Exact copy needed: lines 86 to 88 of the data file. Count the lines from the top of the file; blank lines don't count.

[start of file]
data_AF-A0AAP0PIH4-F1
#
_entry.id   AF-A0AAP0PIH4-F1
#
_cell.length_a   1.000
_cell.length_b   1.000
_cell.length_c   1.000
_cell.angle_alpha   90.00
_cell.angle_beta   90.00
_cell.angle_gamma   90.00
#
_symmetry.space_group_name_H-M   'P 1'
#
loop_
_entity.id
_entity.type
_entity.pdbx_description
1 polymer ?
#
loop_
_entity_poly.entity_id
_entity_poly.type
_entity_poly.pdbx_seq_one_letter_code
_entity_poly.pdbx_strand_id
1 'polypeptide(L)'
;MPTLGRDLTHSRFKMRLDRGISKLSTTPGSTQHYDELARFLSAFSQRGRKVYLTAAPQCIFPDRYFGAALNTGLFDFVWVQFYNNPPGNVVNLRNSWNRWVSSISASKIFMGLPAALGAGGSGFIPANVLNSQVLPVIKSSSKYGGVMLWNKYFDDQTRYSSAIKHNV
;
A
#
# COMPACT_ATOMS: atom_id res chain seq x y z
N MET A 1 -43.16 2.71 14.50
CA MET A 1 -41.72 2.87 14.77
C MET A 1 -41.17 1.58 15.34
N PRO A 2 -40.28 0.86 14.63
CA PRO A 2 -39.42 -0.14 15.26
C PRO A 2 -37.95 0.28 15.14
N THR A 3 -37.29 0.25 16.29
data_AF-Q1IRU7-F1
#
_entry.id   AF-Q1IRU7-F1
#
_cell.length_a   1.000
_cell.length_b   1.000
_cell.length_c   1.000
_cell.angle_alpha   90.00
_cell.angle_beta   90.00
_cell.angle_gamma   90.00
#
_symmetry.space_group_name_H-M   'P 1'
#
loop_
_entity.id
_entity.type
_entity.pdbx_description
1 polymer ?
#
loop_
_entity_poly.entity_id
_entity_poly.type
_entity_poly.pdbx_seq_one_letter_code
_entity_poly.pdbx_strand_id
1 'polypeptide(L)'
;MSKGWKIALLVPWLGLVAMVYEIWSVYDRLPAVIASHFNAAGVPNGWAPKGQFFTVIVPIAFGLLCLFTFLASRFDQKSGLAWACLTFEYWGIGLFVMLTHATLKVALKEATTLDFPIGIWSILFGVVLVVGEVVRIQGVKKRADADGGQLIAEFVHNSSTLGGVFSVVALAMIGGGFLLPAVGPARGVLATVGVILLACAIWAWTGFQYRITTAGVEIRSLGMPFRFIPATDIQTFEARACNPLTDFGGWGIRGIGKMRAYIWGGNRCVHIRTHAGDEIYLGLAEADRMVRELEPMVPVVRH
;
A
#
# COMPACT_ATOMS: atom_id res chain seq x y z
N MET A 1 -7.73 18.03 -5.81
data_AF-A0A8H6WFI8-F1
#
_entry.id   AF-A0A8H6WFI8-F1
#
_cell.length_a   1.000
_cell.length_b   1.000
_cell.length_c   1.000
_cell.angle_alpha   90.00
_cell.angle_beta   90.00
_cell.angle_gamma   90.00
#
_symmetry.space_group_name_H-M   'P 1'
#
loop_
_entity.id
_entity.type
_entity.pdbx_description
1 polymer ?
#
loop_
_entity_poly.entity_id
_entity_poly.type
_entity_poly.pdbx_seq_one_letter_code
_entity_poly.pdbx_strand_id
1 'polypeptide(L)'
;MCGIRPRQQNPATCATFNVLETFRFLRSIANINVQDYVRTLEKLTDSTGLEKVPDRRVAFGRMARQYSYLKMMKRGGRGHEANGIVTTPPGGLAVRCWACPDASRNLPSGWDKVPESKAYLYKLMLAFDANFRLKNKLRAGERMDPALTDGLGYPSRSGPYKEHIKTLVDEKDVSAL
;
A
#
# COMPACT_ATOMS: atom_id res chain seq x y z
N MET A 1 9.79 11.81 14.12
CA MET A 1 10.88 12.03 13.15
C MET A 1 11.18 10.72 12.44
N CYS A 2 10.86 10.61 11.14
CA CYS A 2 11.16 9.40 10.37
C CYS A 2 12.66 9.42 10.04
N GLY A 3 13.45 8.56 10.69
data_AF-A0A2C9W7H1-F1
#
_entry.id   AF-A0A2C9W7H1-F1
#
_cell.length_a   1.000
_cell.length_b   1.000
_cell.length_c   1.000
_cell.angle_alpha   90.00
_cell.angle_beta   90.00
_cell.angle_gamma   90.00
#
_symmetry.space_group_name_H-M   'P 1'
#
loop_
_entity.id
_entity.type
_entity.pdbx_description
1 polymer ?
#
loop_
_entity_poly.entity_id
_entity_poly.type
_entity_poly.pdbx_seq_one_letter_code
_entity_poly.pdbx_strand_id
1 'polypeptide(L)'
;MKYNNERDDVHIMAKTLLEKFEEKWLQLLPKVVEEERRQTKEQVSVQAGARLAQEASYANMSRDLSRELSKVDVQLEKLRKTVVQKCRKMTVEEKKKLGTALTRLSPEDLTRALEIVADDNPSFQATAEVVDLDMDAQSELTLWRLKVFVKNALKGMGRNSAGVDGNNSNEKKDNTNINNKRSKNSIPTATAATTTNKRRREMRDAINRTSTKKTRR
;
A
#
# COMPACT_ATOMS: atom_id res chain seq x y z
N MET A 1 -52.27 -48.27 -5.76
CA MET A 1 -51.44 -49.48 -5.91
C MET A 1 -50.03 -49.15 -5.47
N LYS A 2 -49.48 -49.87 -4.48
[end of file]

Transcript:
1 polymer ?
#
loop_